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Our panel of experts examines the impact of 2014’s legislation on financial services lawyers and their clients.
Duncan Black, partner, contentious financial services, Fieldfisher
Jon Holland, partner and co-head of the global financial services litigation team, Hogan Lovells
Nathan Willmott, partner, financial services investigations and head of the commercial dispute resolution group, Berwin Leighton Paisner
What were the key legislative developments of 2014?
Nathan Willmott: As we all know, the world of financial services regulation has become an ever changing environment—it seems that politicians in particular, but also domestic and European regulators, seem unable to leave systems in place for very long without tweaking them. Recently we have seen substantial changes as a result of the financial crisis, the LIBOR issues and the spot FX trading issues.
In addition to constantly changing rules, it seems that the political wind is in favour of entrusting the Financial Conduct Authority (FCA) with more and more responsibilities. In the past we have seen its responsibilities extended to include the sale of general insurance products, mortgage sales, benchmark regulation and—most recently—consumer credit firms. The consumer credit regime has for a long time stood separately from how other aspects of financial services are regulated in the UK. That has allowed practices to develop which are at odds with the types of customer outcomes that the FCA has sought to achieve. As a result, since taking responsibility for consumer credit the FCA has moved quickly to change market practices in a radical way, as part of its broader philosophy of early intervention.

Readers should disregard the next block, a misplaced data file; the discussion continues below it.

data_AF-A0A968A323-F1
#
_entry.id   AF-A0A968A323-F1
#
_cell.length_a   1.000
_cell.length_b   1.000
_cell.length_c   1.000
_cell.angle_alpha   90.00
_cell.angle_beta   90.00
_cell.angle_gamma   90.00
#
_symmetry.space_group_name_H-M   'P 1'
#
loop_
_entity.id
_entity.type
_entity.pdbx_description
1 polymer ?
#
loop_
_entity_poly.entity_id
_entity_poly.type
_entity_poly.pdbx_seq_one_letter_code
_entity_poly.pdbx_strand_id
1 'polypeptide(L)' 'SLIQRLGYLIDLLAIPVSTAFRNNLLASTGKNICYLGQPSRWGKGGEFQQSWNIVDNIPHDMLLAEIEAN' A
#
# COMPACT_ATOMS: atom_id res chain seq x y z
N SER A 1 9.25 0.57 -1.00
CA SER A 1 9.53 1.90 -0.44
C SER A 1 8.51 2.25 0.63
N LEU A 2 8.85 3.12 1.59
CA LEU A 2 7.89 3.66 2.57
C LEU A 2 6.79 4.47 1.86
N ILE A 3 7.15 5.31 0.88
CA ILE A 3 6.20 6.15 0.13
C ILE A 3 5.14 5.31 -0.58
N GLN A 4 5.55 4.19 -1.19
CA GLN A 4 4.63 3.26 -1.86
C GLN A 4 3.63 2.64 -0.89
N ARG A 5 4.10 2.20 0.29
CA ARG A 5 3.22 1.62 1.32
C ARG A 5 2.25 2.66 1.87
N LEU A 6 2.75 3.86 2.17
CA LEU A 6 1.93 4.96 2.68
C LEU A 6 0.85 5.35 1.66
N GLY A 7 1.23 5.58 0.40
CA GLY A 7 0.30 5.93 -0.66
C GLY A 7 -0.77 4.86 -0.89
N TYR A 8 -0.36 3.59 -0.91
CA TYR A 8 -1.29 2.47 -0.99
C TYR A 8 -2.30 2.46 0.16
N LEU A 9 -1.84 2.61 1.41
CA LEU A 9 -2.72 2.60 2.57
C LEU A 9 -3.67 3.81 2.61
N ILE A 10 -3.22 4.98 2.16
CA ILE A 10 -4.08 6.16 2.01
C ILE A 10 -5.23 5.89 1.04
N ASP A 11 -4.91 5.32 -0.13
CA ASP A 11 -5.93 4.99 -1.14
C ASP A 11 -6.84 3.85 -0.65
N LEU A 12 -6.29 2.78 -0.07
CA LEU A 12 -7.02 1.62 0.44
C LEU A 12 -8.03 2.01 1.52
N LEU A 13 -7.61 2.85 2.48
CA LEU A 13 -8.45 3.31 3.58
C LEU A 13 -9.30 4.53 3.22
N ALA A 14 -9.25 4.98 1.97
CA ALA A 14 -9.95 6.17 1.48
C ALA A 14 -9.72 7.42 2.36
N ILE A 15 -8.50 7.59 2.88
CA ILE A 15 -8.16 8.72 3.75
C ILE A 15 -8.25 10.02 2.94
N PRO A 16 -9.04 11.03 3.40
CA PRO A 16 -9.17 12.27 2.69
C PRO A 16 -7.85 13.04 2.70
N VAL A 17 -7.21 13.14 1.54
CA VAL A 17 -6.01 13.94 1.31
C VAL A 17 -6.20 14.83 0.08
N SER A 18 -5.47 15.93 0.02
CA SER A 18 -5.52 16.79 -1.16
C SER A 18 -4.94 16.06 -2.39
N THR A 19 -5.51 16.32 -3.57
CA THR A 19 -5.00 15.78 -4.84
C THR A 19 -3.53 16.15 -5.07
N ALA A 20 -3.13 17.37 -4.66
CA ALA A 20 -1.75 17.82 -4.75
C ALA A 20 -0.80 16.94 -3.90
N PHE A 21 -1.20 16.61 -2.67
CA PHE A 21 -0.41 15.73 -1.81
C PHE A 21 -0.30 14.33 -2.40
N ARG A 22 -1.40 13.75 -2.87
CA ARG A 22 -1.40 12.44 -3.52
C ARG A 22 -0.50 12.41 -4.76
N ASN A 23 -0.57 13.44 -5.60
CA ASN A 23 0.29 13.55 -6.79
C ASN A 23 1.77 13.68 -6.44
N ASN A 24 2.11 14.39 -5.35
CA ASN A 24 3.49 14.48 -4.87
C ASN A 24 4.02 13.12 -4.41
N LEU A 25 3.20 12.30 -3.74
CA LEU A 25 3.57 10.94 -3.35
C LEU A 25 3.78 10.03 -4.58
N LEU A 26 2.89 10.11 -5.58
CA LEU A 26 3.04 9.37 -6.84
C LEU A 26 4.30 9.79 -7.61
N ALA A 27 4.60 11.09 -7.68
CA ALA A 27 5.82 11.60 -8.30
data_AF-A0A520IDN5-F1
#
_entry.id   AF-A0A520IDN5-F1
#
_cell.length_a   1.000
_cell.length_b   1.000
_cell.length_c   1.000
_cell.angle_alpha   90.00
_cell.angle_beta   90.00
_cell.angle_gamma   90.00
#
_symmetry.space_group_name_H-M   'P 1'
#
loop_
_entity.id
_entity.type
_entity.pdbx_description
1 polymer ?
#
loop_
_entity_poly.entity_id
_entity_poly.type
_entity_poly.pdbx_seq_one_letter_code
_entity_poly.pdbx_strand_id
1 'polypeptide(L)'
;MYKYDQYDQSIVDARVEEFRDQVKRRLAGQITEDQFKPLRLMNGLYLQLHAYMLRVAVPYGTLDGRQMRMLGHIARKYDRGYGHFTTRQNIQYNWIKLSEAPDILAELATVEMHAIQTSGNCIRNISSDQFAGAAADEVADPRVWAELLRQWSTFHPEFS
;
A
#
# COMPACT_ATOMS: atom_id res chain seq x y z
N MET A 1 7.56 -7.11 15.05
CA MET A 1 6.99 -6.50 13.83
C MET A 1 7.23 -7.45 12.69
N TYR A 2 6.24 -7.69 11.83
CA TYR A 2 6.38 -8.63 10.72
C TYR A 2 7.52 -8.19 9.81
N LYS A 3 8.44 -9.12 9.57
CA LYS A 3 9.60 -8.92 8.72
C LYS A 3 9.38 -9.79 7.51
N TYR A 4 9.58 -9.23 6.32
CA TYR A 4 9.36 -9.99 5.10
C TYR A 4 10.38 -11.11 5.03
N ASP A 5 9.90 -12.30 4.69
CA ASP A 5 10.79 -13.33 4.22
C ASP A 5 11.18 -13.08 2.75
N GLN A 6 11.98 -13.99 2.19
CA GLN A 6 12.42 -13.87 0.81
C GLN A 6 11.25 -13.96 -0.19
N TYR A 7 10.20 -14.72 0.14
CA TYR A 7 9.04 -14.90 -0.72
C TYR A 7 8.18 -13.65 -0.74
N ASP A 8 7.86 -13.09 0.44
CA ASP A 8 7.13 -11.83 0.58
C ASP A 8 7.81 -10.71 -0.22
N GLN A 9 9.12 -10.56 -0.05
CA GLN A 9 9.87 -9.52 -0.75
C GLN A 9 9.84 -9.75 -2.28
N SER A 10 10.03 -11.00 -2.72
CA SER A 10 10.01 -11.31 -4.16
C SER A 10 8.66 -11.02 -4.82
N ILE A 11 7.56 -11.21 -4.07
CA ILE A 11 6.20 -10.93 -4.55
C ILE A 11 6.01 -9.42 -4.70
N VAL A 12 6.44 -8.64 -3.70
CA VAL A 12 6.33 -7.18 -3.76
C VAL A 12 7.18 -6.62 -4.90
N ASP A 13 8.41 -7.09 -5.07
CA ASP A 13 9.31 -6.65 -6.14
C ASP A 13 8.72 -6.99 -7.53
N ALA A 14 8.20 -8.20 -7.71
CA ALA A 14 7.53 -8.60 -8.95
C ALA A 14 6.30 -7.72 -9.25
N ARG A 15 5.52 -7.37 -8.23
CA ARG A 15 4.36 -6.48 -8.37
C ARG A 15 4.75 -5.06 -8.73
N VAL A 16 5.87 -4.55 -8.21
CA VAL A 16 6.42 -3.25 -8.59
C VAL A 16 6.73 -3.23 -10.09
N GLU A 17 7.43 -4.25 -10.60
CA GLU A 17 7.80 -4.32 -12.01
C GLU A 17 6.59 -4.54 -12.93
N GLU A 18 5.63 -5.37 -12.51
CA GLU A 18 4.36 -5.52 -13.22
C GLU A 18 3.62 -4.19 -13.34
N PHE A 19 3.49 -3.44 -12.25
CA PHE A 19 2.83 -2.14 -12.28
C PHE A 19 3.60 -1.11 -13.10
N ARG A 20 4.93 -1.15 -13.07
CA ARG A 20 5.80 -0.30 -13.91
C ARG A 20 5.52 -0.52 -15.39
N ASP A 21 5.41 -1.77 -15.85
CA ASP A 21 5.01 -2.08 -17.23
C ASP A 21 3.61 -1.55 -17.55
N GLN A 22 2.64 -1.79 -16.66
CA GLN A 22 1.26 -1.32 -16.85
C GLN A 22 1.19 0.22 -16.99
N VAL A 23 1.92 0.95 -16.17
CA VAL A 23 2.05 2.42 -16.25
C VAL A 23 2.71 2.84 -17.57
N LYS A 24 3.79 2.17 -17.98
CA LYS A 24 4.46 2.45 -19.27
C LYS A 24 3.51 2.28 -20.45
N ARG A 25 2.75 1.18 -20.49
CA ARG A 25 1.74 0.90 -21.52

Another big change, and one that has come in almost under the radar, was the Prudential Regulation Authority (PRA) replacing the longstanding Principles for Businesses with a new set of Fundamental Rules. These apply to all PRA regulated firms, including banks and insurers, and impose a significantly higher burden in terms of duties to manage risk, act in a prudent manner, and introduce the requirement under Fundamental Rule 8 to prepare for resolution (ie to
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